Next week sees the start of the Philippines’ 3rd International Silent Film Festival, the festival of classic silent films from around the world accompanied by Philippine music. The festival runs 30 July to 27 August, with screenings every Thursday at the Shang Cineplex Cinema 1, Shangri-la Plaza, Mandaluyong City. The festival is organised by the Goethe-Institut, Instituto Cervantes, Japan Foundation and the embassies of France and Italy in partnership with the Shangri-la Plaza.
Here is this year’s screening schedule:
JAPAN: JIROKICHI THE RAT (Oatsurae Jirokichi Koshi)
directed by Daisuke Ito, 1931
Music by Kalayo
The story was adapted by Ito from a novel written by Furukawa Eiji based on the life of Nezumi Kozo (The Rat), a notorious burglar active during the early 1800’s (the end of the Edo Period). Nezumi Kozo won great fame for his daring adventures stealing from the homes of wealthy people late at night. Eventually he was captured and executed in 1835.
The film follows Jirokichi as he leaves Edo for Osaka to get away from the police. Along the way he meets Osen, a young woman forced into prostitution by her older brother. Although Osen falls for Jirokichi, his heart goes out to Okino, a poor girl from a fallen samurai family. Jirokichi learns that it was he himself who brought about the collapse of Okino’s family when he robbed a rich feudal lord back in Edo. Nikichi, Osen’s older brother, has got his own plans for Okino.
ITALY: THE MECHANICAL MAN (L’uomo meccanico)
directed by Andre Deed, 1921
Music by Caliph8 with Kalila Agilos, Malek Lopez, Pasta Groove and Tad Ermitaño
A city is gripped in terror as a colossal robot runs rampant in an unstoppable crime spree. The police are powerless in the face of the frightening carnage and destruction, but the remotely controlled menace may soon meet its match – a second mechanical man is sent to confront it in a horrific showdown at the local opera house.
This ultra-rare, nearly forgotten silent horror epic from the dawn of Italian cinema was long considered lost. Some reels of the Portuguese release version were discovered in Brazil. The discovered film amounted to 740 meters which is believed to be approximately 40% of the complete film. Though missing much of its original footage, this historic work is still a striking and powerful piece of early fantasy film-making featuring one of the few directorial efforts by André Deed, a protégé of Georges Melies, the godfather of cinema magic.
GERMANY: PEOPLE ON SUNDAY (Menschen am Sonntag)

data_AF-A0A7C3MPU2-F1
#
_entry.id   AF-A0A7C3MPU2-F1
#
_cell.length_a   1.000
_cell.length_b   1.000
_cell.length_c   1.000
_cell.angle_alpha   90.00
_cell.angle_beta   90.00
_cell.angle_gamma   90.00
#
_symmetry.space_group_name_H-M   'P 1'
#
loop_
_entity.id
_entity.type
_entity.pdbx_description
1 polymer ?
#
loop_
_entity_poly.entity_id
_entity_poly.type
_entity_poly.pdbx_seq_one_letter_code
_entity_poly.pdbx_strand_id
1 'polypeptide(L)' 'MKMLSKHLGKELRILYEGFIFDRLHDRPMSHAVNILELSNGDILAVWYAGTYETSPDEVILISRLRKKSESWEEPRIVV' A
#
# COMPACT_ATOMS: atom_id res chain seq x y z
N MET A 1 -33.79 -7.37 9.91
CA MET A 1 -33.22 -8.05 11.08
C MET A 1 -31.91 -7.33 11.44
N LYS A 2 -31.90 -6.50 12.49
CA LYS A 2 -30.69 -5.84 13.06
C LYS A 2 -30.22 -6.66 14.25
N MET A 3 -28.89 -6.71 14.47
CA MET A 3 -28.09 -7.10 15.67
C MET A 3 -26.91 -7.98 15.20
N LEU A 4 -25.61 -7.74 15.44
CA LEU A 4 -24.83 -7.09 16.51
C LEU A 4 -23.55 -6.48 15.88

directed by Robert Siodmak, 1929/30
Music by Nyko Maca + Playground
A summer day in Berlin, 1929: With unpretentious humor this astonishing first film by artists who were soon to become Berlin exiles deals with how the working class spends its precious leisure time. Berlin is as empty as a ghost town, everyone flees to the countryside, the train stations are packed. Erwin, a taxi driver, meets up with a young traveling salesman and his female companions, who are on their way to a nearby lake for a day of swimming, snoozing, and flirting, leaving the cabbie’s wife to sleep away her Sunday.
Billed as a ‘film without actors’, each of the on-screen participants effectively played themselves and returned to their day jobs once production had concluded. The film is the early collaboration of five young Berlin-based filmmakers – Robert and Curt Siodmak, Billy Wilder, Edgar G Ulmer, Eugen Schuefftan and Fred Zinneman – who would all go on to great international success. Produced with little financial assistance, it made film history as the avant garde precursor of poetic realism.
SPAIN: THE CURSED VILLAGE (La aldea maldita)
directed by Florián Rey, 1930
Music by Johnny Alegre AFFINITY
A story about poverty, honor and forgiveness in a small Castilian village, during a time when women had no rights at all to live their own life without the protection of men. It depicts a dramatic experience of the capabilities of the human mind in a time that the concept of honour was completely determined by the grade of submission of your wife.
Juan Castilla lives with his wife Acacia and their child, and with the boy’s blind grandfather, Martin. Juan got imprisoned for quarrelling with the local political tyrant and usurer, Lucas, during a crisis. Magdalena, the neighbour, convinces Acacia to leave the impoverished town that seemed to have a curse on it. Three years later, Juan finds his wife working in a pub. He obliged her to return home and to serve the family until the death of the sick grandfather Martin.
FRANCE: FANTOMAS: UNDER THE SHADOW OF THE GUILLOTINE (Fantomas: A l’ombre de la guillotine)
directed by Louis Feuillade, 1913
Music by Corporate Lo-fi
Feuillade presents to us the character of Fantomas through a series of dramatic episodes: the robbery of the Royal palace Hotel, the successive transformations of Fantomas, and the substitution of the actor Valgrand. The masked hero is presented as a cruel being. We discover the mistress, Lady Beltham, accomplice and victim of Fantomas, then the obsessive inspector Juve introduced as her best enemy.